Unfortunately, the performance (broadcasted live on YouTube as a 360-degree video), was removed from the internet soon after the performance finished. The organizers say the video will resurface (with some layers of post-production) in the future. Bjork’s work transforming this intimate breakup album into a virtual experience still continues, and this performance was only the latest milestone on that front. By the time the Digital tour reaches the west, it’s likely there will be even more VR performances for fans to try.
Google is currently running a special offer for its subscription Google Play Music service. When you sign up for the service as a new subscriber, you’ll be able to get your first four months for free, paying $9.99 after the trial is over.
All you need to do is head over to Google Play and sign up for the service. Note that when you sign up for a Google Play Music subscription, you’ll also get access to YouTube Red, which offers all existing YouTube content, as well as exclusive videos, without ads.
The offer is only available this weekend to celebrate the Fourth of July, so you’ll want to act fast to get that extended trial period.
There’s a strong momentum behind the Adidas brand right now. That’s largely due to the increasing popularity of the company’s running and lifestyle products, with Kanye West’s Yeezy line being chief among them. Still, amid its flourishing business, Adidas is spending resources on experimental designs that probably won’t have mass-market appeal. Case in point: the sneaker collaboration with Parley, which was done in honor of World Oceans Day last month.
As a running shoe, the Adidas x Parley isn’t your average silhouette. That’s because it features an upper made from recycled ocean waste — specifically, Parley Ocean Plastic. It also incorporates illegal deep-sea gill nets retrieved by the nonprofit Sea Shepherd, whose mission is to protect sea life in the Southern Ocean. The midsole, meanwhile, makes use of Adidas’ flagship Ultra Boost technology, which gives it a familiar look and comfortable feel, despite its unusual materials.
While the Adidas x Parley is a limited-edition shoe, the company says the idea is to turn ocean plastic into technical yarn fiber for other future products. Until then, only 50 pairs of Adidas x Parley will be made; to get one, you have to enter a contest on social media, wherein you upload a video to Instagram and describe how you plan to support Parley’s Ocean Plastic program.
This isn’t the first time the two organizations have worked together. Last year, Adidas revealed another design in collaboration with Parley, although that sneaker’s main detail was a 3D-printed midsole, also created from ocean plastic waste.
Unsurprisingly, thanks to its unusual appearance, the Adidas x Parley turns some heads on the streets. During my photo shoot with the sneaker, almost a dozen bystanders came over and asked, “What kind of shoes are those?” After I replied, sharing details of the materials used to create them, most people wanted to know when they can buy them.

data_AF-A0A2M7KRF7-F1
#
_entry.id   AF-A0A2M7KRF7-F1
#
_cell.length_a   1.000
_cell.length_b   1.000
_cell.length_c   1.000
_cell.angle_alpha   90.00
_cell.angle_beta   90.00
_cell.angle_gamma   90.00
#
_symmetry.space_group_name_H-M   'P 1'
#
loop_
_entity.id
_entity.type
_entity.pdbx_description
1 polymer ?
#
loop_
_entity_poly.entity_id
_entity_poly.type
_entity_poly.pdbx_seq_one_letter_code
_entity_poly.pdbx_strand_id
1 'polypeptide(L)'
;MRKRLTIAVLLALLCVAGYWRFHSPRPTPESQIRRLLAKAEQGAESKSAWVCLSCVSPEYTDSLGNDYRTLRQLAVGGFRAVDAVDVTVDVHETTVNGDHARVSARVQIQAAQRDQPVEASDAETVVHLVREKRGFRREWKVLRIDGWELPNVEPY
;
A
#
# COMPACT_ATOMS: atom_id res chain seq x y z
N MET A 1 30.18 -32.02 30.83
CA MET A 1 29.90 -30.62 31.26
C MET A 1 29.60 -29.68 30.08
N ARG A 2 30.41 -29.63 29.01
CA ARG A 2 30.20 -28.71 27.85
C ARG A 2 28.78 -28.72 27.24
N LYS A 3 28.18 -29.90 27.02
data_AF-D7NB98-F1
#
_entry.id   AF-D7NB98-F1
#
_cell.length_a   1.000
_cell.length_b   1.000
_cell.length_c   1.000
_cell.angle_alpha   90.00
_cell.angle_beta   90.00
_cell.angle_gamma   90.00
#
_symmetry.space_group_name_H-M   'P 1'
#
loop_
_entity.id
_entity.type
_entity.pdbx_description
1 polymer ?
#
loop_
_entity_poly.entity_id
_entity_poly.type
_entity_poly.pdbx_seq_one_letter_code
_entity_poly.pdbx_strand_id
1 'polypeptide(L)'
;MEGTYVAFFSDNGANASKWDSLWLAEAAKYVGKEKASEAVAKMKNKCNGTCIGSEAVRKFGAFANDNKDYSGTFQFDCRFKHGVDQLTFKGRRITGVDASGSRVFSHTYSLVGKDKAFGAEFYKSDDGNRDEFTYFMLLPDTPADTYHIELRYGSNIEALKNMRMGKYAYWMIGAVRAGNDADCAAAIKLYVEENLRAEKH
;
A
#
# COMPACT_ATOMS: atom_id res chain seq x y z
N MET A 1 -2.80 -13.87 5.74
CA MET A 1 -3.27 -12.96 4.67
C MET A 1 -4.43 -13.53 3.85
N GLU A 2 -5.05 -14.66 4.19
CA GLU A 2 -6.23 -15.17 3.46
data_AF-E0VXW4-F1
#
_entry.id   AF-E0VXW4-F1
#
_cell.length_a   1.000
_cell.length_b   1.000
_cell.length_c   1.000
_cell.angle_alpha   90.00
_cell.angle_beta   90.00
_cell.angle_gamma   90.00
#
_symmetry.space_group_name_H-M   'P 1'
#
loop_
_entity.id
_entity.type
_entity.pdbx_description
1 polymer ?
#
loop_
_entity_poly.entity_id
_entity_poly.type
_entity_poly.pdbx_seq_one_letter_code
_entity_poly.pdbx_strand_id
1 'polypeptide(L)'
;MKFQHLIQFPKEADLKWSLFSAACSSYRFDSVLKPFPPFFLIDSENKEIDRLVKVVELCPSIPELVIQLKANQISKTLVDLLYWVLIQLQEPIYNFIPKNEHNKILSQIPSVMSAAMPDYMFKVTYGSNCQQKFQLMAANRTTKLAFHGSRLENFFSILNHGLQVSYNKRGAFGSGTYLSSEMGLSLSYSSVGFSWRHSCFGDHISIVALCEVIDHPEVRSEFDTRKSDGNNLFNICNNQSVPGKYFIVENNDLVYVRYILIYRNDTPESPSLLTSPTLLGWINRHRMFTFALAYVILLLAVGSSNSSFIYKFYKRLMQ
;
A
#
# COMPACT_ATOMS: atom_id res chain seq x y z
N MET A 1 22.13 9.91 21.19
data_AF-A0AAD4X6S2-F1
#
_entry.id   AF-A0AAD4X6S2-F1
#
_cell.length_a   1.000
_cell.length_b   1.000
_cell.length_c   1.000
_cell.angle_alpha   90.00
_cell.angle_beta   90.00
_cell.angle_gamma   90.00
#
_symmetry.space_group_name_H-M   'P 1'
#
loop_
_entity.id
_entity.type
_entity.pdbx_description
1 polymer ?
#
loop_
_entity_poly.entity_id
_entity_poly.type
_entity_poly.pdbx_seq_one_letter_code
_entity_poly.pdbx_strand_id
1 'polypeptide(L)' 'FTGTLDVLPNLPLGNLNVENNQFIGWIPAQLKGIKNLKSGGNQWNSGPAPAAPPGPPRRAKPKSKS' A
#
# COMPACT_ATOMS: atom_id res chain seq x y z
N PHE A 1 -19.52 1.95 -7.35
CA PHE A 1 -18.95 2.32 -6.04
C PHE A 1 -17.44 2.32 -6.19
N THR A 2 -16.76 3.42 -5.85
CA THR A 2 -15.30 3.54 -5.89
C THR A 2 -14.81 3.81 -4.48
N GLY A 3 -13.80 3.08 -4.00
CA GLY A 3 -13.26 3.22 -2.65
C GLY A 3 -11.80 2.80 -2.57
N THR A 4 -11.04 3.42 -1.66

Unfortunately, I had to be the bearer of bad news: The shoes probably won’t be sold at Foot Locker anytime soon.
It’s no secret that Hillary Clinton broke rules with her private email server. However, the FBI still wants to know whether or not she played fast and loose with classified messages… and it just got a first-hand account of events. Clinton’s staff have confirmed that the presidential candidate voluntarily submitted to a 3.5-hour FBI interview over her email use on July 2nd. Her team isn’t detailing the exact questions due to “respect for the investigative process,” but it’s safe to say that law enforcement was wondering if Clinton took sufficient steps to protect top secret email.
Whether or not the interview changes things is another matter. Clinton’s staff have already testified, and there’s no certainty that the politician will have said anything new. A voluntary talk may be as much about shaping public perception (demonstrating that Clinton is cooperative) as clearing the air. Still, don’t be surprised if this discussion ultimately helps the FBI’s investigation — if just because it puts some statements on the record.
Amazon this week announced that it and PBS “they have entered into a multi-year agreement that makes Amazon Prime Video the exclusive premium subscription streaming home for a broad collection of PBS KIDS series.” That’s a bummer for folks who had been watching via Netflix and Hulu, and a boon for Amazon, which is (of course) pushing for the entire world to sign up for Amazon Prime. So if you have Prime, you’ll still get all the Daniel Tiger you want, for free.
There are a couple catches here, though.
PBS Kids on Amazon Prime Video.
The first is that getting Amazon’s video app on Android is still a bit of a pain, since it’s not offered directly through Google Play. You’ll need to go to http://amazon.com/getandroidvideo and then sideload the Amazon Underground app, and sign in manually. That app will then start to download Amazon’s video player, which you’ll then have to sideload. It’s a ridiculous multiple-step process.
The other catch is that this is pretty unnecessary. The PBS Kids Video app (you can download it here) still has its own shows, supports Google’s Chromecast, is a lot easier to use (your kids can handle it, but don’t even think about sticking them in front of the Amazon app) and really is the way to go for this sort of thing.
So it’s exclusive, sort of, and is kind of a pain to use. Choose wisely.